Barn Owl Western population
Scientific Name: Tyto alba
Taxonomy Group: Birds
Range: British Columbia
Last COSEWIC Assessment: November 2010
Last COSEWIC Designation: Threatened
SARA Status: Schedule 1, Special Concern
Image of Barn Owl
The Barn Owl is a medium sized, buffy-coloured owl with a distinctive heart-shaped facial disk. The head is rather large and lacks ear tufts. The upper parts are mainly buffy; the under parts are tawny to white, with fine black spots or speckles.
Distribution and Population
In the Western Hemisphere, the Barn Owl is found from extreme southern Canada to southern South America and the West Indies. In Canada, the Barn Owl is at the northern limit of its range, and breeds only locally in southern British Columbia, southern Ontario, and possibly in southern Quebec. Spring transients or summer visitors are occasionally seen in the southern Prairie provinces. The main Canadian population is in British Columbia, where the owl has been reported as far north as Shuswap Lake, and as far east as Hope. The Barn Owl was first recorded in the province in 1909. Numbers increased from the 1940s to the 1980s as a result of mild winters and expansion of suitable agricultural habitat. A population estimate in 1987 indicated there were 4 to 6 pairs of Barn Owls in Ontario. Numbers are predicted to decline because of agricultural intensification and urban development.
Barn Owls prefer low-elevation, open country, where their small rodent prey are more abundant. In Canada, they are often associated with agricultural lands, especially pasture. Nests are located in buildings, hollow trees, and cavities in cliffs. In Canada, most nests are found on man-made structures, especially those which are abandoned or unused.
Most Barn Owls begin breeding in their second year, although it is possible for them to breed towards the end of their first year. These owls are usually solitary nesters, but when food production or site availability are favorable, they will form loose colonies. They don't make a nest, but will use a site year after year, such that it accumulates debris. The size of the clutch (usually 5-8 white eggs), the number of broods in a year, and other reproductive factors are linked to the availability of food, mainly small mammals. Only the female incubates the eggs, but both parents feed the young. Barn Owls will remain in B.C. throughout the year, if the food supply is adequate.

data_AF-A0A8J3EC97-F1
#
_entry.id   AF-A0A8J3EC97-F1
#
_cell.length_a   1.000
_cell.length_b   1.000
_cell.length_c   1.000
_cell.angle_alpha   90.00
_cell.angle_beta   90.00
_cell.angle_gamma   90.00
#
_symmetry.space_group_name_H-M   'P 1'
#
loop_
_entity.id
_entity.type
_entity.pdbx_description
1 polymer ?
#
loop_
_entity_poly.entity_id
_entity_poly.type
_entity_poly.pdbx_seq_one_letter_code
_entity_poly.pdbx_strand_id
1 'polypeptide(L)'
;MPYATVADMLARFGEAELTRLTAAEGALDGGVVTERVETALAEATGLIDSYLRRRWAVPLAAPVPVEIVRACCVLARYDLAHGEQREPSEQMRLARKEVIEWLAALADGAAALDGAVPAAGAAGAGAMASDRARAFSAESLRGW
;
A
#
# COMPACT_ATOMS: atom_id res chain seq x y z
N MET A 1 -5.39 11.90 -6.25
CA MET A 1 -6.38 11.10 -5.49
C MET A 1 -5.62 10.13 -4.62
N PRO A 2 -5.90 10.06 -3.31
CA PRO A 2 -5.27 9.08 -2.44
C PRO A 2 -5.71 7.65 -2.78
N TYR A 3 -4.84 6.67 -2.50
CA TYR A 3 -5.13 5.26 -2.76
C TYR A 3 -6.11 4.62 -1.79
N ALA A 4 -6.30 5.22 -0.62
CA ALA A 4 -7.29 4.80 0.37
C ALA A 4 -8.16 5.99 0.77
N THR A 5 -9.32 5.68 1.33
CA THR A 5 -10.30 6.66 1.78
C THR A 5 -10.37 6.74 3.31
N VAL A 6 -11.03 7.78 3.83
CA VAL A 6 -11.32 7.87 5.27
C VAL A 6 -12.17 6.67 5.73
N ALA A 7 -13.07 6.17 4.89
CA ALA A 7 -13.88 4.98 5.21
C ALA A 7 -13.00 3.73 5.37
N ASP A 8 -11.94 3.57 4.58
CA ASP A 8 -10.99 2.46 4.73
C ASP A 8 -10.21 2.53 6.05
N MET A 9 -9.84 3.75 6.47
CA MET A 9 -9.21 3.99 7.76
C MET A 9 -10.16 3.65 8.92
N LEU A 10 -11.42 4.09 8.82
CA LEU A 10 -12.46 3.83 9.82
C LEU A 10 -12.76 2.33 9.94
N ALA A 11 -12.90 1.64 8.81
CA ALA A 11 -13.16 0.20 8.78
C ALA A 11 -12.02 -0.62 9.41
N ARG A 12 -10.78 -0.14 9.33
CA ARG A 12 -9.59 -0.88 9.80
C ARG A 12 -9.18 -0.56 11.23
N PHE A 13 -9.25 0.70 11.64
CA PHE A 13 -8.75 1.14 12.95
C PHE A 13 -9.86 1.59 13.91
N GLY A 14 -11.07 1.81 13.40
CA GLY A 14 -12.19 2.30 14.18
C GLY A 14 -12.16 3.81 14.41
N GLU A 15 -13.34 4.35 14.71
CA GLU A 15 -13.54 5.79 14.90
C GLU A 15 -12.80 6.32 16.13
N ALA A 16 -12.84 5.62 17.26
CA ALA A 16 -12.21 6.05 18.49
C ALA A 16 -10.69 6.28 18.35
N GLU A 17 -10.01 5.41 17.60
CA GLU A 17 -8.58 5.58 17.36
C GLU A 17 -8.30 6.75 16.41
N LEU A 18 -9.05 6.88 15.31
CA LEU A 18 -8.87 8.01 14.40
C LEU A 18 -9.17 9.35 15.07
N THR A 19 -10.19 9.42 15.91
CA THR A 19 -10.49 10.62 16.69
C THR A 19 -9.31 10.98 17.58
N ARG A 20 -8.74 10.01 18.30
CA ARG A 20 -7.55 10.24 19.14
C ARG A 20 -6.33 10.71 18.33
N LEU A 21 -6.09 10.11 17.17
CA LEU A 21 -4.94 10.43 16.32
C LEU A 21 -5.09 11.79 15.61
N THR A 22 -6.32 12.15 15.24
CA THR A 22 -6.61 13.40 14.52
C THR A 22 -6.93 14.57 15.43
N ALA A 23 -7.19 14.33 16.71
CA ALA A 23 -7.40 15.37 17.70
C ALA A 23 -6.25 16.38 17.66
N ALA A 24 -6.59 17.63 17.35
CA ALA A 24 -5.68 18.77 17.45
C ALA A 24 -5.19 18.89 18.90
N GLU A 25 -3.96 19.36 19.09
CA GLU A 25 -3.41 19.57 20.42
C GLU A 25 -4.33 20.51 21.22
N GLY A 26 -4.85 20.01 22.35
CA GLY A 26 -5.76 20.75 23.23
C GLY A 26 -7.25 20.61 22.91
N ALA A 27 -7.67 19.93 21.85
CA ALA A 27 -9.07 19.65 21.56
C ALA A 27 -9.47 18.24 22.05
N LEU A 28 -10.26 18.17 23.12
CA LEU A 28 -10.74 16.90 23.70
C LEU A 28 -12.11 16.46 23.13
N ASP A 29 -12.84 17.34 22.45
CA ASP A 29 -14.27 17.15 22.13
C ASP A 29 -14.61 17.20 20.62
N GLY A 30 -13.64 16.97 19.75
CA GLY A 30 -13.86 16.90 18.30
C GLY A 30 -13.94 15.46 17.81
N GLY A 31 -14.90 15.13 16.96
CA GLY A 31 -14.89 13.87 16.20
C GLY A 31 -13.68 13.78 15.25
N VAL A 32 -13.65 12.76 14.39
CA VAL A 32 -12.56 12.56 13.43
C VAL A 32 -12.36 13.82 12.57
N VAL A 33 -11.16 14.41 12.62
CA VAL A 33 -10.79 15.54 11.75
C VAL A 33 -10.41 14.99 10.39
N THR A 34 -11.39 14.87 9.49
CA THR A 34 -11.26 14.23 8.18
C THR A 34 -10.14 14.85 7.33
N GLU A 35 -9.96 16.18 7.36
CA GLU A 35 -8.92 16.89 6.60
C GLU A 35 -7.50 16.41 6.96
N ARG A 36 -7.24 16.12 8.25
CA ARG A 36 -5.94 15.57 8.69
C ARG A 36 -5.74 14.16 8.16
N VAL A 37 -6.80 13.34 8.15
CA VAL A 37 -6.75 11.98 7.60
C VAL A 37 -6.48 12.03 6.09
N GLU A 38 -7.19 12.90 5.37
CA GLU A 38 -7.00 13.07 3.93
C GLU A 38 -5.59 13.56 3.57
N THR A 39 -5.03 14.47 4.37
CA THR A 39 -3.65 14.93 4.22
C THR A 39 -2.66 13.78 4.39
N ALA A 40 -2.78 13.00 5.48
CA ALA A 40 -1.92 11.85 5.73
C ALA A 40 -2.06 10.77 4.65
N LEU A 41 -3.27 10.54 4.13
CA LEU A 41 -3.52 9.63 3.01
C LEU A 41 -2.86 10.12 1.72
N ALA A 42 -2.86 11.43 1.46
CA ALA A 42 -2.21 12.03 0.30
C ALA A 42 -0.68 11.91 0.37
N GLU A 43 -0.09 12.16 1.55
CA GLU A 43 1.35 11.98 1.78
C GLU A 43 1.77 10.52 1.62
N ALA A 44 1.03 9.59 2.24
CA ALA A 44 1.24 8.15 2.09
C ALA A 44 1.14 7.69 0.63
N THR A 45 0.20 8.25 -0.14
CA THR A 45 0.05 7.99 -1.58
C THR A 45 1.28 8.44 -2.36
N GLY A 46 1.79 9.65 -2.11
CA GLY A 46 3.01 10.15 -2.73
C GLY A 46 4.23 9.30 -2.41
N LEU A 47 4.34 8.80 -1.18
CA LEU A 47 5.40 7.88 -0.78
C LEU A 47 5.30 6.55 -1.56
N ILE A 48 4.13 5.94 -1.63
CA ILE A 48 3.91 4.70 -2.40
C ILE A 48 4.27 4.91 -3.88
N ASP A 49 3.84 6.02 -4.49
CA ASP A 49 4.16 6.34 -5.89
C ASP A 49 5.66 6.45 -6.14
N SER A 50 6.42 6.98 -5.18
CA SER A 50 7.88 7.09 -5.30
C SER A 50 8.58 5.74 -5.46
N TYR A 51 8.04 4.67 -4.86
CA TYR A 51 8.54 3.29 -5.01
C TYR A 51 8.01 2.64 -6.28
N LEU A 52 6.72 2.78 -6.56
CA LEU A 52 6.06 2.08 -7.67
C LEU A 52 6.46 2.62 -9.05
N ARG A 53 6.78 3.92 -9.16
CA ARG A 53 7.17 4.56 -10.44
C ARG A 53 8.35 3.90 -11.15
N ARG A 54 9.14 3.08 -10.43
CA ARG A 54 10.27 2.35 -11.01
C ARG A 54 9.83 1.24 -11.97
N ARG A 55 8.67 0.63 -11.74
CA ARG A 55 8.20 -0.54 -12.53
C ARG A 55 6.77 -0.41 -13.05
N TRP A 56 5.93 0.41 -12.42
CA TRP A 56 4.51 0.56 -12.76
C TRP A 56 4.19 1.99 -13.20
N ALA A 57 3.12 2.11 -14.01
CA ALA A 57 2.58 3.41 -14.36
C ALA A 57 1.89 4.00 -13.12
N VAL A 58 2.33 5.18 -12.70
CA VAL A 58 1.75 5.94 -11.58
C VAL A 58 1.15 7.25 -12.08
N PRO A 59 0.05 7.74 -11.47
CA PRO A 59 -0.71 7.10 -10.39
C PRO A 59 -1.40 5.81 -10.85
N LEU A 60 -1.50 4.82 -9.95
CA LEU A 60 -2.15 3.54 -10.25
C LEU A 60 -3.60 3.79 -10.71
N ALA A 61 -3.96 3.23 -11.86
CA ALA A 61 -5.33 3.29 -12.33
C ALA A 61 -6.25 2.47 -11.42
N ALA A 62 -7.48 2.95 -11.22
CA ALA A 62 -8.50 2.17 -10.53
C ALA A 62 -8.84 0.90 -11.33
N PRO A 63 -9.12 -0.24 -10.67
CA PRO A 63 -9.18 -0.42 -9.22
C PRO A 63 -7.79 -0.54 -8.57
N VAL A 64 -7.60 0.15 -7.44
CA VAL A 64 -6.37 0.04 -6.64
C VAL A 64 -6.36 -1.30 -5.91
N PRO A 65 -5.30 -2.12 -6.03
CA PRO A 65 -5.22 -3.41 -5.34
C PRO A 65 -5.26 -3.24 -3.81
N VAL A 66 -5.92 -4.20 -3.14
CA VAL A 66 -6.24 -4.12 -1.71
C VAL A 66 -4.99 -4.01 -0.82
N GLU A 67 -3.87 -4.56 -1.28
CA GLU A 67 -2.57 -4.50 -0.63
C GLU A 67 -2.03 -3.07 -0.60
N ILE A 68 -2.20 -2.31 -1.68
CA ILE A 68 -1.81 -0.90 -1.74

The main factor limiting the Barn Owl is the loss of habitat and of prey species, mainly to urbanization. Barn Owls are also susceptible to cold, and severe winters can reduce the population size. Pesticides and chemicals in the environment can cause reproductive problems and mortalities; the use of chemicals to kill rodents has led to the poisoning of many Barn Owls.
Federal ProtectionThe Barn Owl, Western population, is protected under the federal Species at Risk Act (SARA). More information about SARA, including how it protects individual species, is available in the Species at Risk Act: A Guide.
The Barn Owl Western population is protected by the British Columbia Wildlife Act. Under this Act, it is prohibited to kill, harm, or collect adults and eggs, or to destroy active nesting sites.
Provincial and Territorial Protection
PLEASE NOTE: Not all COSEWIC reports are currently available on the SARA Public Registry. Most of the reports not yet available are status reports for species assessed by COSEWIC prior to May 2002. Other COSEWIC reports not yet available may include those species assessed as Extinct, Data Deficient or Not at Risk. In the meantime, they are available on request from the COSEWIC Secretariat.
5 record(s) found.
- COSEWIC Status Reports (1 record(s) found.)
- Response Statements (1 record(s) found.)
- COSEWIC Annual Reports (1 record(s) found.)
- Consultation Documents (1 record(s) found.)
- Recovery Document Posting Plans (1 record(s) found.)
COSEWIC Status Reports
COSEWIC Annual Reports
Recovery Document Posting Plans
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